On Old Age (Latin De Senectute or Cato Maior de Senectute) is a dialogue by Cicero, written about 44 BC, and set a century earlier. The aged Cato the Censor is portrayed in discussion with the younger Scipio Aemilianus and Laelius, expounding his views on dealing with old age, and his belief in the immortality of the soul. The early part of the dialogue is influenced by Plato's portrayal of Cephalus in Book 1 of The Republic.
On Old Age at Amazon: United States.
Free online texts
Gutenberg: Cato Maior de Senectute. Latin text, multiple formats.
Gutenberg: Treatises on Friendship and Old Age by Marcus Tullius Cicero, translated by Evelyn Shuckburgh. Multiple formats.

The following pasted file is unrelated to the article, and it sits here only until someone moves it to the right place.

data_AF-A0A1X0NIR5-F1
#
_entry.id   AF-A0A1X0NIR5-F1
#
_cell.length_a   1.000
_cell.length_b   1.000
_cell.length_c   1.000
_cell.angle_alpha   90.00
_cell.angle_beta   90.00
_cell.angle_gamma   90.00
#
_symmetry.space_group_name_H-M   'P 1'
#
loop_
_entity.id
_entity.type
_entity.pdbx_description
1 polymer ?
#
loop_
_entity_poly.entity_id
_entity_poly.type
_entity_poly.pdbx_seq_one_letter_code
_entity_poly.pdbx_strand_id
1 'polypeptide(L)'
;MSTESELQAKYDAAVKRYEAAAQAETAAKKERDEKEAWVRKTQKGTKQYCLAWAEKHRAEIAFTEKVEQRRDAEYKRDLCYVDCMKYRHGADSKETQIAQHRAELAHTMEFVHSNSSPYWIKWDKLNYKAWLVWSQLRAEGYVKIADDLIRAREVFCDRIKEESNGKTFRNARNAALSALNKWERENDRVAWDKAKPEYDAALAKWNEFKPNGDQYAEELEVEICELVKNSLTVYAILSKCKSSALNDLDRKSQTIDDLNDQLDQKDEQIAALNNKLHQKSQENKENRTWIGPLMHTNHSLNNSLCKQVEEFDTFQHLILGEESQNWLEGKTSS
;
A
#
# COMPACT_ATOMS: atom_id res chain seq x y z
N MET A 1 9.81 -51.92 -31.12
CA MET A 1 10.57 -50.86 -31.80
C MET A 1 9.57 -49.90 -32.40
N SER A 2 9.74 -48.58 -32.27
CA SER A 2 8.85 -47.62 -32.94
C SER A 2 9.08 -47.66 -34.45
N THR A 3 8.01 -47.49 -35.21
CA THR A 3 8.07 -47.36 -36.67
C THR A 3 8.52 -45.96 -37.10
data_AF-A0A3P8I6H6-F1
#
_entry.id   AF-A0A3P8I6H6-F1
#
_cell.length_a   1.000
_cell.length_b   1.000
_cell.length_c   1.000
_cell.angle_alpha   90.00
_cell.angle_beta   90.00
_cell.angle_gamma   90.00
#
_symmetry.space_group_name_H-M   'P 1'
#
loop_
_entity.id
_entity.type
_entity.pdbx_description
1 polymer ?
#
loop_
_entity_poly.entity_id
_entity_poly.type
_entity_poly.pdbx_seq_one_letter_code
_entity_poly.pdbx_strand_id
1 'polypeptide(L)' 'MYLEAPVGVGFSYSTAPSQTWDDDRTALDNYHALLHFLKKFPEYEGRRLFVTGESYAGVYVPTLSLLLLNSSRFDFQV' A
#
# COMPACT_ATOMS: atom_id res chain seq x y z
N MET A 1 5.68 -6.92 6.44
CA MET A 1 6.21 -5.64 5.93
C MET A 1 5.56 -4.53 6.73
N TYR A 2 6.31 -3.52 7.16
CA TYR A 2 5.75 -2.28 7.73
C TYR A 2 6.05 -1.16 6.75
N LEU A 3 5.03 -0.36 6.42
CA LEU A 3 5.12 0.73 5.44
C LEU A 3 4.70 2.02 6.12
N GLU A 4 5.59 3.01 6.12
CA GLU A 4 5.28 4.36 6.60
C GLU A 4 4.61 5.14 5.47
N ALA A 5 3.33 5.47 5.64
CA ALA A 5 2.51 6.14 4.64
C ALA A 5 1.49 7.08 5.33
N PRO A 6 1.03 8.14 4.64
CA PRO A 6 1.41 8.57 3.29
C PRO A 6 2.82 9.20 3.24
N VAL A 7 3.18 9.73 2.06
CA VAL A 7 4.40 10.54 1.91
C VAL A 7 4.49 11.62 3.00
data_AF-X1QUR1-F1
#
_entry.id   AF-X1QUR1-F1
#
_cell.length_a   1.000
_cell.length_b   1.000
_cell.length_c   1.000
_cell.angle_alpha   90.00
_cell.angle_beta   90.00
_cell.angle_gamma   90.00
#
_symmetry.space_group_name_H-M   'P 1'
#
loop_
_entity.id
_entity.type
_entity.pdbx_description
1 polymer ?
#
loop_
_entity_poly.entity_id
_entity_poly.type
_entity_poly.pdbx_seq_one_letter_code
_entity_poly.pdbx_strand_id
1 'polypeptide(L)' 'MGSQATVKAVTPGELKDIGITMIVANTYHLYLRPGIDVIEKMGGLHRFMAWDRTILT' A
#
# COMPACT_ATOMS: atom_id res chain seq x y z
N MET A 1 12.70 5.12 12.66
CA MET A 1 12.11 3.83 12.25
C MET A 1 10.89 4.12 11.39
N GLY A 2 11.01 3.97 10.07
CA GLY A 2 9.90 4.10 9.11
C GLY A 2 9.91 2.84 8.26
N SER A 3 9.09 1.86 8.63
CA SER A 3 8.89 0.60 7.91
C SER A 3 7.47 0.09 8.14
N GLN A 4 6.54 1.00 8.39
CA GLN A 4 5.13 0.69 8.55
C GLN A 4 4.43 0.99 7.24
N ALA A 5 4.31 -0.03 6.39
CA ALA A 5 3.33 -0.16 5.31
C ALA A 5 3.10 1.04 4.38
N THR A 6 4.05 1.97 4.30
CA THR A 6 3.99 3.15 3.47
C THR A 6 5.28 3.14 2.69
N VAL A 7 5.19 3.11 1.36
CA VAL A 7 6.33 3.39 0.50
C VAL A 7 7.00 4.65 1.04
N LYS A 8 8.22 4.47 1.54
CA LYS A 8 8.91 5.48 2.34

LacusCurtius: Cicero on Old Age, translated by W.A. Falconer (1923). HTML format.
Latin Library: Cato Maior de Senectute. Latin text, HTML format.
Perseus: De Senectute. Latin text, HTML and XML formats.
Perseus: Cato the Elder On Old Age, translated by W.A. Falconer. HTML and XML formats.
Wikisource: Cato Maior de Senectute. Latin text, multiple formats.
Wikisource: De Senectute, translated by Andrew P. Peabody (1884). Multiple formats.
History of Philosophy without any gaps: Rhetorical Questions: Cicero - podcast by philosopher Peter Adamson.
History of Philosophy without any gaps: Raphael Woolf on Cicero - podcast by philosopher Peter Adamson.
Internet Encyclopedia of Philosophy: Cicero.
Librivox: On Old Age, public domain audiobook.
The Great Conversation: Further reading at Tom's Learning Notes
Plato: The Republic.
Latin resources: Learn to read Latin texts in the original.